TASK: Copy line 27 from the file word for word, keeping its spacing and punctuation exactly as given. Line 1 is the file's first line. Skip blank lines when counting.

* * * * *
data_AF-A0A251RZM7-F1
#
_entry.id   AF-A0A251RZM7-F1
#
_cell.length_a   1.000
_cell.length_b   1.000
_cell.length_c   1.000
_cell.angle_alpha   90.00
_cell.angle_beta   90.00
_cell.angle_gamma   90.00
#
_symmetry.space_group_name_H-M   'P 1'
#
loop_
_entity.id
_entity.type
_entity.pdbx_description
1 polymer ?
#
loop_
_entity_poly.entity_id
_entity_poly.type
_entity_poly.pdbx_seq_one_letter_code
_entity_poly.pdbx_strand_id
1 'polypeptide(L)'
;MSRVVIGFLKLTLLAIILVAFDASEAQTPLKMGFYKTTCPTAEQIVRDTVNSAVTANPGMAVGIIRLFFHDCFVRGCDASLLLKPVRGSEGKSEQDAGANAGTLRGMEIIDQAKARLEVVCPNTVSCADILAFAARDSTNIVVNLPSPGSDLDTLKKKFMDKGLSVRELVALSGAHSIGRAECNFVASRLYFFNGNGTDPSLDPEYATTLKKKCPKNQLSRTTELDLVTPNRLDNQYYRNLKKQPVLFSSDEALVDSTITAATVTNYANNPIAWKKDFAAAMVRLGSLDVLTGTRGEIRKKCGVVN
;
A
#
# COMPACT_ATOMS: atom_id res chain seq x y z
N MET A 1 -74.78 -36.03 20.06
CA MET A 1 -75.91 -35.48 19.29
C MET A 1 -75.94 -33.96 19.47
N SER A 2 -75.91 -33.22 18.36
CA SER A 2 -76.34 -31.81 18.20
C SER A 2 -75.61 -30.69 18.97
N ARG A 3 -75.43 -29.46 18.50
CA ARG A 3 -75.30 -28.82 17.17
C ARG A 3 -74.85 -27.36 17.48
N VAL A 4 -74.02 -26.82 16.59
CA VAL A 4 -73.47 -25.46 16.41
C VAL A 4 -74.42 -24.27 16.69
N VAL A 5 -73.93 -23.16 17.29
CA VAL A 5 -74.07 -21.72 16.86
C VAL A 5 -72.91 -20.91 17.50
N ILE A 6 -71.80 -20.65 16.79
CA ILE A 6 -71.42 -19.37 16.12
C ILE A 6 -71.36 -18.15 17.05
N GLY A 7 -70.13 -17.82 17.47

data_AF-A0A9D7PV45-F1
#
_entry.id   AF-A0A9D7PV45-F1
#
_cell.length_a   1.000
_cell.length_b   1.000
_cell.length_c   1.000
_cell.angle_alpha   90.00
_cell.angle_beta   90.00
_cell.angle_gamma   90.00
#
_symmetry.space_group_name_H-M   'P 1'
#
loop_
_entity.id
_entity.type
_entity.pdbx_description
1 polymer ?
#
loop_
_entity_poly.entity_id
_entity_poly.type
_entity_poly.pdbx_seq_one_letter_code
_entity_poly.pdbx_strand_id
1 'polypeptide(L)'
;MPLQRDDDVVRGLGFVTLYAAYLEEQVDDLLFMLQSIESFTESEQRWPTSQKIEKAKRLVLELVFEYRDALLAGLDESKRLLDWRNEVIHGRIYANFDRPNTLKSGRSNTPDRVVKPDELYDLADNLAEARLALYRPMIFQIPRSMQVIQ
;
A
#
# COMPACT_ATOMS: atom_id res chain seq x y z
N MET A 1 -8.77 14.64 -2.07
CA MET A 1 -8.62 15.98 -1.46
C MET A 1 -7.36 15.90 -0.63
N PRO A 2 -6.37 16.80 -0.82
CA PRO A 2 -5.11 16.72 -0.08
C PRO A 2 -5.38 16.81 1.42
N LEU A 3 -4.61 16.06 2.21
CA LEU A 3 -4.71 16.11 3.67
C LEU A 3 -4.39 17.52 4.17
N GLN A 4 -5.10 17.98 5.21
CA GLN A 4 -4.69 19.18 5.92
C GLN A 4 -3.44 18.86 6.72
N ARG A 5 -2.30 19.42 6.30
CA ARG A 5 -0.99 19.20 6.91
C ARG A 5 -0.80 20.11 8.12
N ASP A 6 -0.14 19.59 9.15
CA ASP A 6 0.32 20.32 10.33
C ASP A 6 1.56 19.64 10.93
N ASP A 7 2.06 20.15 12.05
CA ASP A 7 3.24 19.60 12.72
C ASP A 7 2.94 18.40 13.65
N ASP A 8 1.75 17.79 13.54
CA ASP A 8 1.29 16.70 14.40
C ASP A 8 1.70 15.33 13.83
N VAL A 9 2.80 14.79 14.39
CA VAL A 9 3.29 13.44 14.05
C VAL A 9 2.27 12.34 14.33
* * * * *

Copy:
;